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Playing Politics: The Nightmare Continues Paperback – October 23, 1997


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Editorial Reviews

From Library Journal

This short, assessible work is for anyone interested in understanding the basic laws or dynamics of politics by engaging in safe (risk-free) political activity (as opposed to real-world politics). The author (political science, Trinity Coll., Dublin) has assembled a collection of games he created over 20 years of teaching. Field-tested with students in five different countries, the games move the players from basic political quandaries (individual survival in a competitive environment) to more sophisticated ones (committee policy-making) to team-oriented activities based on traditional games like soccer that mimic the conflicts and motivations of nation-states. The author supplies the rules, suggests the materials needed (dice, cards, money, etc.), and offers words of encouragement, but the fun and learning are left to the players. Not simply to be read, these games work must be played to be appreciated, and anyone can play. Recommended for all public libraries.?Thomas J. Baldino, Wilkes Univ., Pa.
Copyright 1997 Reed Business Information, Inc.

About the Author


About the Author:
Michael Laver is Professor and Head of the Department of Political Science at Trinity College, Dublin. His previous publications include Invitation to Politics, Cabinet Ministers and Parliamentary Government, and Making and Breaking Governments: Government Formation in Parliamentary Democracies.
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Product Details

  • Paperback: 192 pages
  • Publisher: Oxford University Press (October 23, 1997)
  • Language: English
  • ISBN-10: 019285321X
  • ISBN-13: 978-0192853219
  • Product Dimensions: 5.1 x 0.5 x 7.6 inches
  • Shipping Weight: 6.4 ounces
  • Average Customer Review: 4.3 out of 5 stars  See all reviews (3 customer reviews)
  • Amazon Best Sellers Rank: #2,803,993 in Books (See Top 100 in Books)

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5 of 5 people found the following review helpful By E. T. Veal on January 26, 2001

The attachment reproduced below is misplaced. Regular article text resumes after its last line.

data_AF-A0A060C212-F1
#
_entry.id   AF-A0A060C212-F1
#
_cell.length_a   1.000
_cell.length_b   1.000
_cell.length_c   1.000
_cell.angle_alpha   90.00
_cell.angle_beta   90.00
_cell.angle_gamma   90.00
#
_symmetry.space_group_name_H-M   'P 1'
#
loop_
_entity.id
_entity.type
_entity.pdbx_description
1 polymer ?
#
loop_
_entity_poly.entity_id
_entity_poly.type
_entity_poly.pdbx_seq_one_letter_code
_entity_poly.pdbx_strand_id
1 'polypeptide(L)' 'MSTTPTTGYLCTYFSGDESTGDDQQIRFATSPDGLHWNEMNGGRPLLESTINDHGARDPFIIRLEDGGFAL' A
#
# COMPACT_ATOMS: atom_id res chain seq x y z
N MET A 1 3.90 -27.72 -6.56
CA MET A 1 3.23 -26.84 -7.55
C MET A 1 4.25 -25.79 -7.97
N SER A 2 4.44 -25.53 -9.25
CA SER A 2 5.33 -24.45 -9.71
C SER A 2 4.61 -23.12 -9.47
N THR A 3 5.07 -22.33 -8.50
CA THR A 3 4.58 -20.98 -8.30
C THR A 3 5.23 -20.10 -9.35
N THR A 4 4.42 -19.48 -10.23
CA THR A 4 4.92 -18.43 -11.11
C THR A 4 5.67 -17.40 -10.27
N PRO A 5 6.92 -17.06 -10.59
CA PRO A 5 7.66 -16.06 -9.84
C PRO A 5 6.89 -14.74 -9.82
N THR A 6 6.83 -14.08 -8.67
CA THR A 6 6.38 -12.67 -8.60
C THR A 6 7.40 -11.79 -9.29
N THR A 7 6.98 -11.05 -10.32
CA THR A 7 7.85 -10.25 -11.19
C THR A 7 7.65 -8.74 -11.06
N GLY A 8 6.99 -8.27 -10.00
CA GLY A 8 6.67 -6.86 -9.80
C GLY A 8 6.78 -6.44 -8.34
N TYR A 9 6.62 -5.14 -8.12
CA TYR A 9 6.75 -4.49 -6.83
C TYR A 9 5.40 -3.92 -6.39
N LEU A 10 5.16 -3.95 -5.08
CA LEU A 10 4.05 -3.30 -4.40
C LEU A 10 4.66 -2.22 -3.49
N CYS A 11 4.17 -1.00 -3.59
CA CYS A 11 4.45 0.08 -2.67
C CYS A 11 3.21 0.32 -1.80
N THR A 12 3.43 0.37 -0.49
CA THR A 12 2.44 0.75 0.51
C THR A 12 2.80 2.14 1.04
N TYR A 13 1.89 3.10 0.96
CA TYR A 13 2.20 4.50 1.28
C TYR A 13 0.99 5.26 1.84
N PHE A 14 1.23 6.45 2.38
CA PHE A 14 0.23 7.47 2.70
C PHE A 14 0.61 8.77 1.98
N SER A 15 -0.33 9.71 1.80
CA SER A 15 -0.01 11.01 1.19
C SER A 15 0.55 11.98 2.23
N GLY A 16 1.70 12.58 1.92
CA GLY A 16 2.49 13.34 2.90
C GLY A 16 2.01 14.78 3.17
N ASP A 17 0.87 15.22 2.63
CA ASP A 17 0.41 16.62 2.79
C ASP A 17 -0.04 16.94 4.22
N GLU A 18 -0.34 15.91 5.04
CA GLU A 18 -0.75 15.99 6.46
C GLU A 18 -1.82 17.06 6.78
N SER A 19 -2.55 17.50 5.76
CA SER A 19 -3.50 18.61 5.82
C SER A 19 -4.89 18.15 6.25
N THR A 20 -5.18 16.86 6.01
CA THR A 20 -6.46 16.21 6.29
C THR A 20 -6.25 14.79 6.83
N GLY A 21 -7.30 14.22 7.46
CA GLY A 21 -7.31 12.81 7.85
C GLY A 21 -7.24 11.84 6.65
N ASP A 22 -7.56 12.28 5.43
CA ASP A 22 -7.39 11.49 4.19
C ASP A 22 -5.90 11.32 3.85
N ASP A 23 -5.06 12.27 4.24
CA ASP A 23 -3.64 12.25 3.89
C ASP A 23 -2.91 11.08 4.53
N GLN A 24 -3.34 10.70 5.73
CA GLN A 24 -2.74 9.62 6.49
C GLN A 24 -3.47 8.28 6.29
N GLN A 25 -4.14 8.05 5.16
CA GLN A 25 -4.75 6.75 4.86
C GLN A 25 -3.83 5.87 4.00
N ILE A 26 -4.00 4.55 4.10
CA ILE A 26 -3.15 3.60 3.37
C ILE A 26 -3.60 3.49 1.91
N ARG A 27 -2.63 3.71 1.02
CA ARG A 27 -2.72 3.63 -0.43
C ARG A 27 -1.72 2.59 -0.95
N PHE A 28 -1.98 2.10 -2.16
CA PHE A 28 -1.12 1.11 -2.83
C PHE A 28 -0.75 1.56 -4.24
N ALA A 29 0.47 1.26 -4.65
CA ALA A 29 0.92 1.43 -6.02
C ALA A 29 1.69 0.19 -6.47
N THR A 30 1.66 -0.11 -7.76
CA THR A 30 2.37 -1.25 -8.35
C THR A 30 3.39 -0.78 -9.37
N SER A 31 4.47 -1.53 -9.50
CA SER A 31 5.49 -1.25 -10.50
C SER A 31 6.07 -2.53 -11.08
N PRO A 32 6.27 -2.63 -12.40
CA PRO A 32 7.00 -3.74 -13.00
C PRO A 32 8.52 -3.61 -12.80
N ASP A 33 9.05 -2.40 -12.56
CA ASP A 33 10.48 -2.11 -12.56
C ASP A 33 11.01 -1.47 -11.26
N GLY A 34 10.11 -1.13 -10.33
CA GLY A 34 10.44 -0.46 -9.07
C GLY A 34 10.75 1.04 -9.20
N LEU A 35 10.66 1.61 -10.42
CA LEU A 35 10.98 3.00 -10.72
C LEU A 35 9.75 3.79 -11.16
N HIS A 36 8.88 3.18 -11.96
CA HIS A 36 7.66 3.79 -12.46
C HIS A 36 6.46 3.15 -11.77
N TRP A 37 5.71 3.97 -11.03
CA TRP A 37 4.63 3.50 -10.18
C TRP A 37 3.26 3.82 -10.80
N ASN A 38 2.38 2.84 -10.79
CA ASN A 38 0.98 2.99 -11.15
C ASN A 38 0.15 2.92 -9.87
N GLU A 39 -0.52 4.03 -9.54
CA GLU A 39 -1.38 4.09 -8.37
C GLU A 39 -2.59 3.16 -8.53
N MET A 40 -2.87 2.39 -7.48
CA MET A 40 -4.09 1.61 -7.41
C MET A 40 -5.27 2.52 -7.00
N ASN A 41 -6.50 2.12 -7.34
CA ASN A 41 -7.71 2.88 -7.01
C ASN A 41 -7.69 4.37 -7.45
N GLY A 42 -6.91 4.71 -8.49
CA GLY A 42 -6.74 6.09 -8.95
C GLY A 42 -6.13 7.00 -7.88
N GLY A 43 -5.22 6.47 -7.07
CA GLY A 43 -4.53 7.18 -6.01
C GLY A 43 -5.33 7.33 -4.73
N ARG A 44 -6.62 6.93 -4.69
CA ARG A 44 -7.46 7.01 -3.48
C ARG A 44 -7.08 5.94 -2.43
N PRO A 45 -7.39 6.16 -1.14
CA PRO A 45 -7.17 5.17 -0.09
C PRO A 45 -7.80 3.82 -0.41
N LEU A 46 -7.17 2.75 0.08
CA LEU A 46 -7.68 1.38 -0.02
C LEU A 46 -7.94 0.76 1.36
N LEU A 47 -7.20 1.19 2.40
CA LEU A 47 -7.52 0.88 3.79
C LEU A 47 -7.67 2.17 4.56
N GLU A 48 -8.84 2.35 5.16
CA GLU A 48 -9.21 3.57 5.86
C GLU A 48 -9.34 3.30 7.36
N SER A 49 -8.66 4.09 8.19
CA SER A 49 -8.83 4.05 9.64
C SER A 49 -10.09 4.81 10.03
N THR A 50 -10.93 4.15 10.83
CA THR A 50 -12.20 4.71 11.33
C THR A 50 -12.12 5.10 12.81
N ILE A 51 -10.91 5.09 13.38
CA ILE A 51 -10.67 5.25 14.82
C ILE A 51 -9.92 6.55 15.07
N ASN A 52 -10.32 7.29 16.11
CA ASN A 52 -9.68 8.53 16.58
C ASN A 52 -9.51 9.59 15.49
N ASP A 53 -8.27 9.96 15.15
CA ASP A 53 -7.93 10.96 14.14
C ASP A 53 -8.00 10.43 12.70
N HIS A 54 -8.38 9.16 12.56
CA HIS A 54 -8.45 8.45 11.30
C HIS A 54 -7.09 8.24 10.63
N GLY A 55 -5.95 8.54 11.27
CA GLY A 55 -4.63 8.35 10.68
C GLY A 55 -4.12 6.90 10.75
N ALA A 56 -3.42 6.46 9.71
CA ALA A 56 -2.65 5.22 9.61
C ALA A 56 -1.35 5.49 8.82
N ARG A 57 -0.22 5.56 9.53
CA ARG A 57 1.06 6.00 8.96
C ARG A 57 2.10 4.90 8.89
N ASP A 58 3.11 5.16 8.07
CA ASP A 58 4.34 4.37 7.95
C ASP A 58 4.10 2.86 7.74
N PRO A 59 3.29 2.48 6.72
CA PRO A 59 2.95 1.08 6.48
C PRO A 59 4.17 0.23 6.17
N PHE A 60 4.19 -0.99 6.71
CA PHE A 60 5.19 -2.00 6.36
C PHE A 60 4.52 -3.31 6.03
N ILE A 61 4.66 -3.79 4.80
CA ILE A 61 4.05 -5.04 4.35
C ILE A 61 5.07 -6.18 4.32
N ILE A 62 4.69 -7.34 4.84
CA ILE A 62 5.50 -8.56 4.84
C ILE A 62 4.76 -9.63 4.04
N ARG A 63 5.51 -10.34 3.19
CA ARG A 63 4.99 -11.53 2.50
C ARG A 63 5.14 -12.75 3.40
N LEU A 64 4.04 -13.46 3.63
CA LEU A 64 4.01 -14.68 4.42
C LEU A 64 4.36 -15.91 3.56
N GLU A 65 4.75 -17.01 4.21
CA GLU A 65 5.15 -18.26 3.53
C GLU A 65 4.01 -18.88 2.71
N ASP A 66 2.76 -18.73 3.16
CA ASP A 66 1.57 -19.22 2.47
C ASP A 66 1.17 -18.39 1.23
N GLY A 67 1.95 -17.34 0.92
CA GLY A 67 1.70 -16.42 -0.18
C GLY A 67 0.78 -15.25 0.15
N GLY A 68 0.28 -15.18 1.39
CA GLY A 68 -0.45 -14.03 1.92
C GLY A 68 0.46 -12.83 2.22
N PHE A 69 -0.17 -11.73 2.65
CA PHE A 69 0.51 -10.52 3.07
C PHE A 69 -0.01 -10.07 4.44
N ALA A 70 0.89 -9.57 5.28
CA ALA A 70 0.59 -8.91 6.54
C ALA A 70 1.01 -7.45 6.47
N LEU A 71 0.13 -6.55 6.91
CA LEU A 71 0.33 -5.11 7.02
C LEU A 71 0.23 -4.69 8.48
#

Format: Paperback Verified Purchase
Mixing rules for about a dozen games, observations on parallels between game playing and real world politics, propaganda for the glories of Proportional Representation, and punk-leftist atmospherics, "Playing Politics" is a strange brew indeed. Imagine a feverish reverie in which Sid Sackson, Al Gore and Hunter Thompson merge into a single figure, and you will have about the right idea.
The games hold the book together and are the only reason for buying it. There are many better treatises on political behavior, and one who is so inclined can read Thompson without an intermediary. There are also better collections of original games, but this one, though uneven, is not bad. It is particularly noteworthy for filling the neglected niche for "strategic" (non-luck, non-Trivial Pursuit) party games. (I can't think of a previous good example of that genre except for Sid Sackson's "Haggle".)
Several of the rules sets smell of classroom exercises and would sink any party quickly, but others look like they could be fun with adequate preparation. The most promising are "Agenda" (based on manipulating procedural rules to gain substantive ends; I "play-tested" a variant at a science fiction convention, and it went over quite well), "Coalition Poker" and "Killer Darts". "Candidate" is a possibility for a very casual evening, while a more serious crowd may like "Elections" and "Coalitions" (or their combined version, where winning requires skill at both winning office and getting the most out of it). "Coalition Soccer" is an interesting concept but probably can't be played, if only due to the shortage of triangular fields.
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2 of 2 people found the following review helpful By A Customer on August 14, 1999
Format: Paperback
I bought a used copy of the 1979 edition of this book in 1982 and have wanted to buy extra copies of it ever since to give to friends who want to understand how different structures of voting and political deal-making affect who wins and who loses. For example, the book shows why forms of democratic politics inherently reward candidates who make vague promises over candidates who announce specific policy intentions. Buy it!
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2 of 3 people found the following review helpful By A Customer on September 10, 1999
Format: Paperback
This work is both a useful resource for those using game theory to understand politics and for those who are simply looking for better games to play (including killer darts, three-team soccer, poker without cards, etc.) Excellent!!
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